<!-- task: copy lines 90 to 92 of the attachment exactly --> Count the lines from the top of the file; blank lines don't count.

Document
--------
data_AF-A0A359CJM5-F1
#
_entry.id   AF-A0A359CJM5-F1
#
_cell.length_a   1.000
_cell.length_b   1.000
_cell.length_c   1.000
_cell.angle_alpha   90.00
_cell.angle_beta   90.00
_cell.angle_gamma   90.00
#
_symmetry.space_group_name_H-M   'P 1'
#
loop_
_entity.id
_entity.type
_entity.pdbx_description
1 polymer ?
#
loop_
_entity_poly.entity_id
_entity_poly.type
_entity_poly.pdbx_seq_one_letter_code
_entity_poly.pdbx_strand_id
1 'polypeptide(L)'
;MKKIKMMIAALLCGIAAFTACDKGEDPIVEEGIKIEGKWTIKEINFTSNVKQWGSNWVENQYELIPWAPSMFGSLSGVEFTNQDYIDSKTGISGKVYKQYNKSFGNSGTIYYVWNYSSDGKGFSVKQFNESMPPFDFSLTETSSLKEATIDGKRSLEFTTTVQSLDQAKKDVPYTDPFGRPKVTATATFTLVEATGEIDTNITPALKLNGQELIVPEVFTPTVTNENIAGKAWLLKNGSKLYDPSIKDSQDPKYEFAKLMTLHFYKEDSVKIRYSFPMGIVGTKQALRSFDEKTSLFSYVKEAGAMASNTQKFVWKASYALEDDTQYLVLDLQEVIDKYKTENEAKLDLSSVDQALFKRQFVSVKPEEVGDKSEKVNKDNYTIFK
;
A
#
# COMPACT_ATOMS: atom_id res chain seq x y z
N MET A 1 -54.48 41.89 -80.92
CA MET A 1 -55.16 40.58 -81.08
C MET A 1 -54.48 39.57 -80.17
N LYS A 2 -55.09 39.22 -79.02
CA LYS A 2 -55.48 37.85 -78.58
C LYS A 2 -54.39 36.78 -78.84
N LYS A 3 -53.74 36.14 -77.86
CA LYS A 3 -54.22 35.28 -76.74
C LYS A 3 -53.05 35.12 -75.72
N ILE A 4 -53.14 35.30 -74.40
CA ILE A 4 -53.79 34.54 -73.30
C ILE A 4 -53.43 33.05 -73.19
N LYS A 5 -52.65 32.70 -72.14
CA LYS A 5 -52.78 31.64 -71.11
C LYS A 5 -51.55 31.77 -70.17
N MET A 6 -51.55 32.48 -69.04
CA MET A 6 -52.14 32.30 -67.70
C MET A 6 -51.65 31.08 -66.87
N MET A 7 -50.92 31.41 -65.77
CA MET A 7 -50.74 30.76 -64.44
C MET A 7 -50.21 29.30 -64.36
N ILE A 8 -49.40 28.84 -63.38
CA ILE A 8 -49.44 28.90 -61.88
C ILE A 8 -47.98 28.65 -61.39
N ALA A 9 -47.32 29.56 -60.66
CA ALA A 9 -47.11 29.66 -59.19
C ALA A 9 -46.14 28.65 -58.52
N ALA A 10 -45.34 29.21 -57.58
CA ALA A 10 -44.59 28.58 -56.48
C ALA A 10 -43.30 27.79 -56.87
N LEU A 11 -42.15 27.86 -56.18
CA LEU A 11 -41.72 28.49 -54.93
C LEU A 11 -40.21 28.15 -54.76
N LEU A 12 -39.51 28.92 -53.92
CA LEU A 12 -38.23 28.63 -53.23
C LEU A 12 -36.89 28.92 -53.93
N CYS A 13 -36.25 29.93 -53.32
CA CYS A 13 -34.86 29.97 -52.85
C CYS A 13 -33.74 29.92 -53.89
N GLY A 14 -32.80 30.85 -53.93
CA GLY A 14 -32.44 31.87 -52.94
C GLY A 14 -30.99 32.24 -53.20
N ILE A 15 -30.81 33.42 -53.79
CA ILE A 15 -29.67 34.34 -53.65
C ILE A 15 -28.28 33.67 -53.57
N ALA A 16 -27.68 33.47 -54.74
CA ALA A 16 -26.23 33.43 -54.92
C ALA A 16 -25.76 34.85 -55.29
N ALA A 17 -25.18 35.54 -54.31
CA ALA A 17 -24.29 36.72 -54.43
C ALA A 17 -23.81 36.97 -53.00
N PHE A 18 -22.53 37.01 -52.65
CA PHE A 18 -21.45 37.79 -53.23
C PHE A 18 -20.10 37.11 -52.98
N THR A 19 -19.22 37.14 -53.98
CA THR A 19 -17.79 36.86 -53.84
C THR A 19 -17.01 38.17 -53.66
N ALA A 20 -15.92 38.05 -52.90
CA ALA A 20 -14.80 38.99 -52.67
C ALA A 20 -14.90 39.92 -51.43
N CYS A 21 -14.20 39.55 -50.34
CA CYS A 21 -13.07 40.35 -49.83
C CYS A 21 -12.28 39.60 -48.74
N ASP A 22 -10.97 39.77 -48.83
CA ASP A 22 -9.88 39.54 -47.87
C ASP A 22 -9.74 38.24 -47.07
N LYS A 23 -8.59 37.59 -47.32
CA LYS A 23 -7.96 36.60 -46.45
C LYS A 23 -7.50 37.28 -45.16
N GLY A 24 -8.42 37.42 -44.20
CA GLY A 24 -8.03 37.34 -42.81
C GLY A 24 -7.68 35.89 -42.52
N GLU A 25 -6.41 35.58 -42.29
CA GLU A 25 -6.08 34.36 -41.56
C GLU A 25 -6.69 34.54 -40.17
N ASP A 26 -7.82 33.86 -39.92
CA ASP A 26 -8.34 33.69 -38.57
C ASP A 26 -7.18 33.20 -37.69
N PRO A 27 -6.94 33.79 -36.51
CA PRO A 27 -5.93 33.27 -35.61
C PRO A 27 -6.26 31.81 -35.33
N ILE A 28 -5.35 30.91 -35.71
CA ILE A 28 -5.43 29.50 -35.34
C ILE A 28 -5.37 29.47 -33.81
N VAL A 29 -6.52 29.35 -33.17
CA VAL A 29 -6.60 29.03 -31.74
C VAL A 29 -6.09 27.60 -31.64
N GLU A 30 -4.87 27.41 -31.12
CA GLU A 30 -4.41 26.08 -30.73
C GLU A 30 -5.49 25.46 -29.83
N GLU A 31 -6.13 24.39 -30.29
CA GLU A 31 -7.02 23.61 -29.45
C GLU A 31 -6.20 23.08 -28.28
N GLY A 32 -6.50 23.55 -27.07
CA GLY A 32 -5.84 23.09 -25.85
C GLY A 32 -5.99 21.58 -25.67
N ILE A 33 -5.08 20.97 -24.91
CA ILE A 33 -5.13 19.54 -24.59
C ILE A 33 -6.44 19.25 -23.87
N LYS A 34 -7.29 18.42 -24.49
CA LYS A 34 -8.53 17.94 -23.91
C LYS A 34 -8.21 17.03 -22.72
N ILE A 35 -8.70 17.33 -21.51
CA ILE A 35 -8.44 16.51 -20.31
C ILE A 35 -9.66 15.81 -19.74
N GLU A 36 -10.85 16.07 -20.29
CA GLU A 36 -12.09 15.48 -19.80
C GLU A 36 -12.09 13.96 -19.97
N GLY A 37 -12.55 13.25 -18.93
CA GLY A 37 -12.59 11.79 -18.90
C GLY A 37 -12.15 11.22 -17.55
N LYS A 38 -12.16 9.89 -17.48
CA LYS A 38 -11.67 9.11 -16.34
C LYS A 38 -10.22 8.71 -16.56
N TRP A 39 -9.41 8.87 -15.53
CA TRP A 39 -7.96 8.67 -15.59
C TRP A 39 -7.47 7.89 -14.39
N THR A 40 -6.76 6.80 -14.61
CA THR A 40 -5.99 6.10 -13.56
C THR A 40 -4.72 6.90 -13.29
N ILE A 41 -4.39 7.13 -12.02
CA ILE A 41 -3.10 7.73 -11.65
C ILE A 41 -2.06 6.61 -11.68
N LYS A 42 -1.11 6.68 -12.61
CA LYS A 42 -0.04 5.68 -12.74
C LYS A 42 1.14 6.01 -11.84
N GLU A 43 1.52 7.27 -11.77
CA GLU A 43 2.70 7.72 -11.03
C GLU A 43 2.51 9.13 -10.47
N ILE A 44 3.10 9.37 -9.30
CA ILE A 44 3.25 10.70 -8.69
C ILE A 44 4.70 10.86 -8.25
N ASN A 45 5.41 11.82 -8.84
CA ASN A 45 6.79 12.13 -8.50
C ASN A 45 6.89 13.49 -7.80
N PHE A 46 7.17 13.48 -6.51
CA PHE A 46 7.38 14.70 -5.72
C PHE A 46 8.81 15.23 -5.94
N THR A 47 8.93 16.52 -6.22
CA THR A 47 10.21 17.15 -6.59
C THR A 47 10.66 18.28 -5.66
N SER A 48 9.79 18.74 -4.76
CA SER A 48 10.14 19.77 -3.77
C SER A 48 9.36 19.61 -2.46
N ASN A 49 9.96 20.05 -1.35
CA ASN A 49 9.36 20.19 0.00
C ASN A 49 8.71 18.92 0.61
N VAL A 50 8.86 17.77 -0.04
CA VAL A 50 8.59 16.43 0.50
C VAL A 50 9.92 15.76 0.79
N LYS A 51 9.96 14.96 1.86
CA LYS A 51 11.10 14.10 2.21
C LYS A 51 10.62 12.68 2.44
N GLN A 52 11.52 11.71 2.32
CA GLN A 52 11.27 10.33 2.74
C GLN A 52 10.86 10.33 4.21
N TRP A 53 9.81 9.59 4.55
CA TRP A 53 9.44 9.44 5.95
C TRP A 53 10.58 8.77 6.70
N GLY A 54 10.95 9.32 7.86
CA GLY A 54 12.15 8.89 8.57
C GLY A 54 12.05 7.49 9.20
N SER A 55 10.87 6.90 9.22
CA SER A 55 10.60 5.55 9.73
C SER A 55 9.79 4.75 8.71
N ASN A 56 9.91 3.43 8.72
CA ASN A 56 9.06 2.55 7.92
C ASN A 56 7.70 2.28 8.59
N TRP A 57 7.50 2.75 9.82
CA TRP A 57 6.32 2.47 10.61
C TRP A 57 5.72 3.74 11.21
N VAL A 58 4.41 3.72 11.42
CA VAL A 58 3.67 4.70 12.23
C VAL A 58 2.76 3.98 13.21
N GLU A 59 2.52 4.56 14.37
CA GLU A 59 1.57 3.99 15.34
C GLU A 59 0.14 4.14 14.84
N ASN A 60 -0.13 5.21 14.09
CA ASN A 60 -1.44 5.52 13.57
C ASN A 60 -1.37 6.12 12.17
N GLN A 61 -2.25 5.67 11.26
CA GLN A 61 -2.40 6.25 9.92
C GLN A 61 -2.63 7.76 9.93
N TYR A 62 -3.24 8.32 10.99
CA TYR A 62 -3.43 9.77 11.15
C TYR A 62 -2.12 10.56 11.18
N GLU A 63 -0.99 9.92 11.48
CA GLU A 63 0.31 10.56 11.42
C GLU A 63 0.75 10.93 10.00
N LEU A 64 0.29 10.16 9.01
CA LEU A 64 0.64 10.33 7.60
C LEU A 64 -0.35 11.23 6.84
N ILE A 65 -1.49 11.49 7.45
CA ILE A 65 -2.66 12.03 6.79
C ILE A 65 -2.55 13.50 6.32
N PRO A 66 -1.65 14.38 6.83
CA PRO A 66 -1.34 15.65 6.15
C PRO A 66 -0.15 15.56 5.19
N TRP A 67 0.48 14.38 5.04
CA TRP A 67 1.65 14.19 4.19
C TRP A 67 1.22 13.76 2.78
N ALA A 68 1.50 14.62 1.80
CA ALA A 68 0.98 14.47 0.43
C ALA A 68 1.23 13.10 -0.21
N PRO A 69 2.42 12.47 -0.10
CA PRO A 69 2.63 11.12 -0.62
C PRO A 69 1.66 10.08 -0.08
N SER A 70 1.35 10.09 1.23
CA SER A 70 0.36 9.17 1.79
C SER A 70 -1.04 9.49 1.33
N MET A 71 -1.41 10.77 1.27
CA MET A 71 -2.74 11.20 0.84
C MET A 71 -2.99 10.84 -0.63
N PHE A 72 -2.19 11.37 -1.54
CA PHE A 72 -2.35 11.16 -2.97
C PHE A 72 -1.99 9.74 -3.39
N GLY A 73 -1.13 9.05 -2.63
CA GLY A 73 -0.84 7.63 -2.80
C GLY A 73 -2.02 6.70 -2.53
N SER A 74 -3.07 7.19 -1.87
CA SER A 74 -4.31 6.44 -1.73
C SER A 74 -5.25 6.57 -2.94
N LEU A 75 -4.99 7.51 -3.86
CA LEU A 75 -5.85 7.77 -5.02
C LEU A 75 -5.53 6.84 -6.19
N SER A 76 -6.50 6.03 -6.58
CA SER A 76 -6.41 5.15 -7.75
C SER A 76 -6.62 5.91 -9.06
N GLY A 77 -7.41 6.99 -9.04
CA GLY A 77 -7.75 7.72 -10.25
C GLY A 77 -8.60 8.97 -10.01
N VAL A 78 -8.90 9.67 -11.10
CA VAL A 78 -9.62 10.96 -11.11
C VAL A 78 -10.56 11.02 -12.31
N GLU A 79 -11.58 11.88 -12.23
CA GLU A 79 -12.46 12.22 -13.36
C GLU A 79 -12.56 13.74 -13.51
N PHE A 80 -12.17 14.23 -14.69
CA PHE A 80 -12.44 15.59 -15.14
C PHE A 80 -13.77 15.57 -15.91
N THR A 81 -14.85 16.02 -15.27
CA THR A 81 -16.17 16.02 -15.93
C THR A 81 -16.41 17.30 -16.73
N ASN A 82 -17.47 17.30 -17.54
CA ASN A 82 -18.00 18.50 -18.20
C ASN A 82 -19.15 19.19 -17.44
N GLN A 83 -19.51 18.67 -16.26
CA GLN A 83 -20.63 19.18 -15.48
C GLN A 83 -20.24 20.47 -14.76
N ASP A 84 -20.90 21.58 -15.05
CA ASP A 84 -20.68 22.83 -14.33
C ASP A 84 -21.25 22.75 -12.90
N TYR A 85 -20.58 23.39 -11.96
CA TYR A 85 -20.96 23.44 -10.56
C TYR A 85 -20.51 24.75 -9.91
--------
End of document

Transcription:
C ALA A 20 -14.90 39.92 -51.43
N CYS A 21 -14.20 39.55 -50.34
CA CYS A 21 -13.07 40.35 -49.83